External devices and the watchdog

The ominous EEPROM

In one of my last posts I explained how the watchdog of the RevPi Connect can be used. If you look into our tutorial, there is also an ominous EEPROM mentioned. How exactly is that connected? And what do the Illuminati have to do with it?

The relay can be used to reset external devices when the watchdog triggers. But not for every application it is desired that the relay switches with the watchdog. In addition, the relay can be used as a normal relay output.

Therefore this function was designed to be configurable. This is where the EEPROM comes into play, because it carries the configuration for the relay.

The tutorial provide two ready-to-use Python scripts to program the EEPROM. enable_relay_watchdog.py configures the EEPROM to trigger the relay with the watchdog. enable_relay_watchdog releases the connection between watchdog and EEPROM. The logic of the Python scripts can of course be recreated in C. So the behaviour of the relay can be set directly from the application, without having to use the Python script.

The FTDI library

I noticed that the necessary library libftdi1 is present, but not the header. Here you will find the FTDI driver inclusive header file: https://www.intra2net.com/en/developer/libftdi/download.php. Please note, Raspian Stretch is delivered with the old version 1.2 of the library. Meanwhile there is 1.4 available. In case the headers have changed, I played it safe and downloaded the old version 1.2: https://www.intra2net.com/en/developer/libftdi/download/libftdi1-1.2.tar.bz2.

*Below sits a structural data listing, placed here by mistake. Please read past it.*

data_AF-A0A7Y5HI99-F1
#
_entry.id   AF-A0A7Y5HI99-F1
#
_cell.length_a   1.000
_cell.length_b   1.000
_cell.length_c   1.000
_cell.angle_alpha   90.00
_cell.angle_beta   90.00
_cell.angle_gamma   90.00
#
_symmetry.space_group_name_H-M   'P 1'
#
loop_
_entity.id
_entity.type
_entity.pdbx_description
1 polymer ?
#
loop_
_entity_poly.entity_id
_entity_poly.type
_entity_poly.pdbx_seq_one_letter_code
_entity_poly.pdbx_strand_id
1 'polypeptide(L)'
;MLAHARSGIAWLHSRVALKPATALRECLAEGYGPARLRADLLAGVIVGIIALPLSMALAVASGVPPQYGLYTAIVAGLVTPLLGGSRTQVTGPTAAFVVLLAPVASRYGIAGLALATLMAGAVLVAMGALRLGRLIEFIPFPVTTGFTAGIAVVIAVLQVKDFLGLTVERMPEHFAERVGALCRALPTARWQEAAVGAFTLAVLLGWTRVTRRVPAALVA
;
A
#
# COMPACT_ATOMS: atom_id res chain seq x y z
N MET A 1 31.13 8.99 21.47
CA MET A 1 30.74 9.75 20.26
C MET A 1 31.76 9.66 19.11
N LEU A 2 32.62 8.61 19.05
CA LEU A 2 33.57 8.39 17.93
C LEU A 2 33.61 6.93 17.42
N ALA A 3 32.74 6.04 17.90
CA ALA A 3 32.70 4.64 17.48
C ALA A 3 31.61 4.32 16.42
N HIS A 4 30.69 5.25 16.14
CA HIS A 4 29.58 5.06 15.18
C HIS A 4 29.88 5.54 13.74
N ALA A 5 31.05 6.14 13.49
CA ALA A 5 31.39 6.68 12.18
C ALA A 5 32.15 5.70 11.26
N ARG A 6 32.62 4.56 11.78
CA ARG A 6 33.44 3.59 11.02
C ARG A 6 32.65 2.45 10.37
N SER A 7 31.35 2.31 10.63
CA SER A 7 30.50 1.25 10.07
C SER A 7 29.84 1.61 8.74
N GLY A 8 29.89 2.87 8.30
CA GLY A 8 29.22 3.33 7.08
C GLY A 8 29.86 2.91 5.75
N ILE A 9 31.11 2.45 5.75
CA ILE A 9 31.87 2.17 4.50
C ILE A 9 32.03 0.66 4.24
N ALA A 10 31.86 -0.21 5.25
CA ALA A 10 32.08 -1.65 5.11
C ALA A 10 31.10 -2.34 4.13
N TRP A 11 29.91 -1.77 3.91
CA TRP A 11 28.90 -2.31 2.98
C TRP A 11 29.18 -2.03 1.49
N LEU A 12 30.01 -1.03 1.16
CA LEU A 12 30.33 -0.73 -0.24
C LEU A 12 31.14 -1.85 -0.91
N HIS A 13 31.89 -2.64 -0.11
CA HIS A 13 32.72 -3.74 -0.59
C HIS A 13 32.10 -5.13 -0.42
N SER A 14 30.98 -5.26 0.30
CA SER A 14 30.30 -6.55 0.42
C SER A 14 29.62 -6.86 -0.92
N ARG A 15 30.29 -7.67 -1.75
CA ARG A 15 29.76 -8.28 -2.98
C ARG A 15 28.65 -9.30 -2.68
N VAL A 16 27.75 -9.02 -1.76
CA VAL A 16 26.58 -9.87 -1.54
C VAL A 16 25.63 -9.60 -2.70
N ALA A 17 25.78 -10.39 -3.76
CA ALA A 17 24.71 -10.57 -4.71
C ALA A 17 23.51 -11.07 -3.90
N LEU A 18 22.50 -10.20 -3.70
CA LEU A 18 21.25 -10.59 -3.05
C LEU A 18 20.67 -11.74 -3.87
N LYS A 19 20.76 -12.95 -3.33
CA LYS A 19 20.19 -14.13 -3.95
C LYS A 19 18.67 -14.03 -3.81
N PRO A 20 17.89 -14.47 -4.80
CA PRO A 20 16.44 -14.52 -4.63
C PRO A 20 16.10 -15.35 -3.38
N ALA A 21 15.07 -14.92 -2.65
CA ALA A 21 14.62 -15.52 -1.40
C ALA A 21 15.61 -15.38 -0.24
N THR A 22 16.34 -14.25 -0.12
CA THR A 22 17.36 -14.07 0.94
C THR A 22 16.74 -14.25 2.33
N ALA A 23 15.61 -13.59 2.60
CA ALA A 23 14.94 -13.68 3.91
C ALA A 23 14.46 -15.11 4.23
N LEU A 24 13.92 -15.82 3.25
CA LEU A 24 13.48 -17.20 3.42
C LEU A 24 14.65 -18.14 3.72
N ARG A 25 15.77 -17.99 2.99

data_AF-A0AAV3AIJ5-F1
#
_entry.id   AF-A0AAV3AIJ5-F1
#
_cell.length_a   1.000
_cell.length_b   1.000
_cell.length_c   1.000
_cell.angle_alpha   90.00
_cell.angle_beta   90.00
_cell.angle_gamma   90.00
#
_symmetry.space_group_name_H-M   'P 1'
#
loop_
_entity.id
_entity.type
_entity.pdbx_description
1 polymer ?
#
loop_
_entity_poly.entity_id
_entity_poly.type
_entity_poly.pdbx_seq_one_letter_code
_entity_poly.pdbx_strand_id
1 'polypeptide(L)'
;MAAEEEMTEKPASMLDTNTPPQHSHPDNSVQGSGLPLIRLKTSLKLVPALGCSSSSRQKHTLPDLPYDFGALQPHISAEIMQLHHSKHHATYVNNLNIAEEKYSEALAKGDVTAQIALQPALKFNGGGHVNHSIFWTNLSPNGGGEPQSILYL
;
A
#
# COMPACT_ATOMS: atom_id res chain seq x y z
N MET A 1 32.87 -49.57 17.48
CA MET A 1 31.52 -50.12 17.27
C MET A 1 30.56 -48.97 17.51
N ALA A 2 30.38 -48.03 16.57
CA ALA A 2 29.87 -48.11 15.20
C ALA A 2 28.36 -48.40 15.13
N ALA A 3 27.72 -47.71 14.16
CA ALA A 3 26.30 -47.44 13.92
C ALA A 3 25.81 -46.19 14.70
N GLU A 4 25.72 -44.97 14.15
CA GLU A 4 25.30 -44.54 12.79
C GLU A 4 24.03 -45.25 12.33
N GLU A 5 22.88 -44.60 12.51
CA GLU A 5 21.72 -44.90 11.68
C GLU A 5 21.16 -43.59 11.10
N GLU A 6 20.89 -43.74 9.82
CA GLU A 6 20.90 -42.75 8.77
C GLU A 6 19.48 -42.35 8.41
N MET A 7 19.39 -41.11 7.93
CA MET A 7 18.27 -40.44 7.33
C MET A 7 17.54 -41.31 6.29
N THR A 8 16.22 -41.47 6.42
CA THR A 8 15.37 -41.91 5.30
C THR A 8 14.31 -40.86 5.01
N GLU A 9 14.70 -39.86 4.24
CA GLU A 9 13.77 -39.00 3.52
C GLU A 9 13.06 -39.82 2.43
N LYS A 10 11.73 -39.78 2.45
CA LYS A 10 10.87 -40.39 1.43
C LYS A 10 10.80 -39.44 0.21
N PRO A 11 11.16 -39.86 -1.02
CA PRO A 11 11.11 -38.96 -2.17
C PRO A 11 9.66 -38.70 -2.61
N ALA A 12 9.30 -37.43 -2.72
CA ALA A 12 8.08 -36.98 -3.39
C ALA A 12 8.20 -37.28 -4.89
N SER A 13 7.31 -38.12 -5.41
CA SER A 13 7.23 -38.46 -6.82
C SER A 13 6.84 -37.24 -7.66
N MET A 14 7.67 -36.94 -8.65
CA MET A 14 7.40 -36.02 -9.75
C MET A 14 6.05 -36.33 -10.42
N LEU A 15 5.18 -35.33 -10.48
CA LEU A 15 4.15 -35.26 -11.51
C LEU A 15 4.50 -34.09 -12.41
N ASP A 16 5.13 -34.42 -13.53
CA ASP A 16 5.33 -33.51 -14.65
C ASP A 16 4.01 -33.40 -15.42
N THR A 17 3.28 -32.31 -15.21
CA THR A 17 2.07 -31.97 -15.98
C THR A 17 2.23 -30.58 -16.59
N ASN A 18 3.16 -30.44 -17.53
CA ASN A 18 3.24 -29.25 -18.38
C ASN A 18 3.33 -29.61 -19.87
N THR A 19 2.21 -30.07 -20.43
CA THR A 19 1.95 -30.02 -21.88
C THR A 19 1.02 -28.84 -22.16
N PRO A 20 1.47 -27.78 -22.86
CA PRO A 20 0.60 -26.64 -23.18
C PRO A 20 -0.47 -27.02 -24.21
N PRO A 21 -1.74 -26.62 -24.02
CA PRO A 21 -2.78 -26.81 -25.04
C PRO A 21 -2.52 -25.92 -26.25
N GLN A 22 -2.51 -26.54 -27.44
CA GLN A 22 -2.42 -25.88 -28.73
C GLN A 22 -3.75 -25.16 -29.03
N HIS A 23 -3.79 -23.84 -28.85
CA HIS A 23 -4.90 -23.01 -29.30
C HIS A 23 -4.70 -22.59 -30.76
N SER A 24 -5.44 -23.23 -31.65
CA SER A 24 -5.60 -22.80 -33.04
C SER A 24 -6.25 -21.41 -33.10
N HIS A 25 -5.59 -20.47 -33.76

After creating a new project in Netbeans, I added the new library to the project. That killed my nerves a bit, because the library is there, but I could only get the linker to find the file if I specified the path absolutely. For this purpose, I specified “/usr/lib/arm-linux-gnueabihf/libftdi1.so.2” under “Build->Linker->Additional Options”.

Screenshot of the Netbeans Project Properties showing where to type in the path of the FTDI library

Later I created a symlink libftdi1.so -> libftdi1.so.2. with

ln -s libftdi1.so.2 libftdi1.so

Then I could also use “Libraries”→”Add Library” and just enter ftdi1 here. Should look like this

Screenshot of the Netbeans Project Properties showing the list of the libraries used in the project

Netbeans simply makes the compiler option “-lftdi” from this.

Translation of the Python script

For the program I translated the Python script enable_relay_watchdog.py one to one in C. The string handling is a little more complex than in Python. I have made it easy for myself at this point. The code only works as long as devnum consists of one digit, i.e. is less than or equal to 9.

int devnum = c - '0'; //convert char to int

char str[6] = "";
sprintf(str, "d:1/%i", devnum);

If you expect devnum to be larger, a simple devnum = c – ‘0’ is no longer sufficient for conversion. The string must also be longer than 6 characters. If you plan to use the code in a real application, I advise you to implement the conversion mechanism safely!

Here you will find the Netbeans project.

When executing the program, make sure that it is called with root privileges, i.e.

sudo <path>/revpiwatchdogrelayenable

If you want to test if the delay relay really switches, let the watchdog respond. Now you should hear the quiet clattering of the relay.

Here is the same program that matches the phyton script “disable_relay_watchdog.py”.

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